Many Legal firms are in a state of crisis, according to Jordan Weissmann, in “The Atlantic.” Revenues are declining; old business models aren’t working anymore and competition is intensifying. At the same time, there’s a glut of lawyers in America. In 2009, there were 1.5 million Americans with a law degree. So, the career opportunity is clear: a smart lawyer with a keen business mind could transition to a business consultant role offering consultancy services to hard-pressed law firms. A consultant with a strong record as a lawyer will have easier access to the senior partners of big legal firms that a conventional business consultant might not have.
Bridging Two Worlds
The management teams in many law firms are trained and experienced lawyers who, through design or accident, find themselves having to think like managers and marketers in a fairly ruthless market right now. Possibly, they had a traditional and reliable client base that’s been heavily reduced by the recession. The lawyer transitioning to consultant will be able to bridge the gap between the legal profession, where the in-language is still Latin, and business-speak that includes ideas such as brand recognition and unique selling proposition (USP).
According to Bruce MacEwen, lawyer and consultant with Adam Smith, Esq, strategic plans can give a law firm a clear mandate and priorities, and boost performance. Strategic planning is a core offering for most business consultancies. A consultant developing a new strategic plan for a client that's a law firm will interview staff including senior executives to find out about the current company culture and how it could impede or aid the plan. The ex-lawyer consultant would have a pretty good idea of the business culture in a law firm, which is the aggregate of opinions, practices and assumptions held by employees. She would be able to anticipate aspects of that culture that could scupper the implementation of any strategic plan.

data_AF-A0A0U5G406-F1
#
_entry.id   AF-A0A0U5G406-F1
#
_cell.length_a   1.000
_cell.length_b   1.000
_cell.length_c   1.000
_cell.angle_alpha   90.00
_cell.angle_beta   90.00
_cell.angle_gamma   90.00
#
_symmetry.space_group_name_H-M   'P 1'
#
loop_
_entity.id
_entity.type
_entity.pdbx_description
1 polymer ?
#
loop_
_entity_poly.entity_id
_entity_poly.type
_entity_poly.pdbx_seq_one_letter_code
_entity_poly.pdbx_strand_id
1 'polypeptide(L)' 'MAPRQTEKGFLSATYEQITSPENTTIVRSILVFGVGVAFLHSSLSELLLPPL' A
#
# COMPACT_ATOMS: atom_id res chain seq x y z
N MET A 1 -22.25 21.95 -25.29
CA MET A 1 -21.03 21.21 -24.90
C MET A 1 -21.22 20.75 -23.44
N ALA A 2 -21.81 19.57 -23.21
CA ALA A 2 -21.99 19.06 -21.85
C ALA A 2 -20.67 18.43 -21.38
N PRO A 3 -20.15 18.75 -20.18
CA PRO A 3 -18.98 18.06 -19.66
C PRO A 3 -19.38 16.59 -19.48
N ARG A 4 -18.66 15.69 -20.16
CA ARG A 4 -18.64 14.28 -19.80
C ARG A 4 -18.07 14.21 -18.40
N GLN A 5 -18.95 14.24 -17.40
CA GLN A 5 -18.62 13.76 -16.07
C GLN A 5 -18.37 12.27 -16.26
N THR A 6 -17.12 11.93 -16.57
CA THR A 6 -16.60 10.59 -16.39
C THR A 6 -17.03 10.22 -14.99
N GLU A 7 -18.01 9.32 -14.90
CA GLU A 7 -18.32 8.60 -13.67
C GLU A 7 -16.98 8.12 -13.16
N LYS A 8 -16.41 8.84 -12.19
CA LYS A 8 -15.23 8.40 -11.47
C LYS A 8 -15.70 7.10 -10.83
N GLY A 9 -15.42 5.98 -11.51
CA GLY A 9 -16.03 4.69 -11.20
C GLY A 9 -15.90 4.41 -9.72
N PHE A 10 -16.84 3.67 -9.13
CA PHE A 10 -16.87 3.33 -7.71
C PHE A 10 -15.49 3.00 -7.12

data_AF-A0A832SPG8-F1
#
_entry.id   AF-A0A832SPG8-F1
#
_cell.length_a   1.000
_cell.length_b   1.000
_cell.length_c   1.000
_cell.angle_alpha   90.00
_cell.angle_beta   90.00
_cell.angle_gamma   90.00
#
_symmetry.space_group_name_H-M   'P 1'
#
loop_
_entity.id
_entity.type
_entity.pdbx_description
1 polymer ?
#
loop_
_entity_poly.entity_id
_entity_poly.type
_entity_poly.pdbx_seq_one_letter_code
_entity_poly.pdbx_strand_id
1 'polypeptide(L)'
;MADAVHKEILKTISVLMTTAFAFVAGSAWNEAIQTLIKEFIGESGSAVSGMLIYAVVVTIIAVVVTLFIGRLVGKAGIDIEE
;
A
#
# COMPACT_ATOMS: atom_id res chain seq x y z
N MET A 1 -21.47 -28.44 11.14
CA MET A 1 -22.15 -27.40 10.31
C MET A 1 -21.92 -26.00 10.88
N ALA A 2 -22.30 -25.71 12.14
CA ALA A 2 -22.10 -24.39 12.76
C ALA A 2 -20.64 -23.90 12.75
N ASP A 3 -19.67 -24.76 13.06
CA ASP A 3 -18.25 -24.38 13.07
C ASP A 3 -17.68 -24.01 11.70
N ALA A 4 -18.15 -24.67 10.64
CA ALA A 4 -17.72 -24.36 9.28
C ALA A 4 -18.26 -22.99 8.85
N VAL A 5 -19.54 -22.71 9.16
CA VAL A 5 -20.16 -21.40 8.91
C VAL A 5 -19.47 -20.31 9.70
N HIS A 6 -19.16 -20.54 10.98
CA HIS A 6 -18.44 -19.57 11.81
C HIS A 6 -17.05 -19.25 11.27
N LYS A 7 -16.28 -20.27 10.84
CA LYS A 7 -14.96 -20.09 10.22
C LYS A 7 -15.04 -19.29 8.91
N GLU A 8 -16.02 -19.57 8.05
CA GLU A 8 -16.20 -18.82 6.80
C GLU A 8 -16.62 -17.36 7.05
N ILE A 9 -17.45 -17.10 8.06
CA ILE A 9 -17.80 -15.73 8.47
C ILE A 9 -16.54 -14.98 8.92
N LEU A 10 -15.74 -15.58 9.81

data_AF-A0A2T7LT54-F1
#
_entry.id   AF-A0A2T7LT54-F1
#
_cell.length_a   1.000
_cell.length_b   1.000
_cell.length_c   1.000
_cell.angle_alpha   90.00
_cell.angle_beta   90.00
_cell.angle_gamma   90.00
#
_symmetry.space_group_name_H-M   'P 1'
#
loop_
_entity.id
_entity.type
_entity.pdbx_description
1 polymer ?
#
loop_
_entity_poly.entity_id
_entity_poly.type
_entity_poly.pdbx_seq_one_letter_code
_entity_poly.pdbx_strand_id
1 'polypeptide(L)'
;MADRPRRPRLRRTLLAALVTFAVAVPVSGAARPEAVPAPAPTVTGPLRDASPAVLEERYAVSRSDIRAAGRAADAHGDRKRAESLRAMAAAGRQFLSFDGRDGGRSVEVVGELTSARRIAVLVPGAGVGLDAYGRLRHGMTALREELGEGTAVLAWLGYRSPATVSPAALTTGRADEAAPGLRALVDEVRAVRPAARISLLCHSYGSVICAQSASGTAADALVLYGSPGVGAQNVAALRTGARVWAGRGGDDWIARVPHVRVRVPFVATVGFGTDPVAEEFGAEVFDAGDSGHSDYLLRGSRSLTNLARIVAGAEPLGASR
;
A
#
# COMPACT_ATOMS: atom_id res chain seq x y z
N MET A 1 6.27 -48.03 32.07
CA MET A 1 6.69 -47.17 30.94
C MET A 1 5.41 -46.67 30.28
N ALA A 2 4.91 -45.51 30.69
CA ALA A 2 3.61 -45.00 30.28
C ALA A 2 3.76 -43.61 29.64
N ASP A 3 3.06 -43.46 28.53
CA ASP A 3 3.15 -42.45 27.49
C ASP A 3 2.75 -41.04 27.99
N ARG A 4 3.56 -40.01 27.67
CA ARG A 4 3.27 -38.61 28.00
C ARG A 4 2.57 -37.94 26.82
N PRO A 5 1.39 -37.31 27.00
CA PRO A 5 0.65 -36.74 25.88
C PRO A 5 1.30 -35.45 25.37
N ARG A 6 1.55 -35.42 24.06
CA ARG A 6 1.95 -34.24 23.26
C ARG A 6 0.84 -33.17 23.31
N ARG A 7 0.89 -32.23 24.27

Management consultants can also provide counseling to managing partners on leadership. The consultant with a legal background, even if she didn’t work at management partner level, will still have a good understanding of the performance issues a managing partner will come up against, and how he might be perceived among lawyers and other staff in the firm. The conventional consultant might have the solutions, but the lawyer consultant will be able to envisage that solution working in a real legal firm.
The person transitioning from lawyer to consultant will already be a member of legal professional associations and networks. In a very real sense, she’ll already be an insider with her Smartphone contacts heavily populated by lawyers and partners. This isn’t an end in itself; this is a means to raising her profile within the profession as a consultant who was a lawyer. Her networking and reputation for success should get her invitations to speak at local, state and even national events, such as bar council dinners.
Currently working in Dublin, Michael Mageean started out writing for Belfast-based “Fortnight” magazine in 1998. Recently he has written for Verify Recruitment’s technology blog, newsletter and scripted Verify's radio show, "New Job Radio." He trained as a journalist with the London school of Journalism in 2012. He is a graduate of the University of Ulster.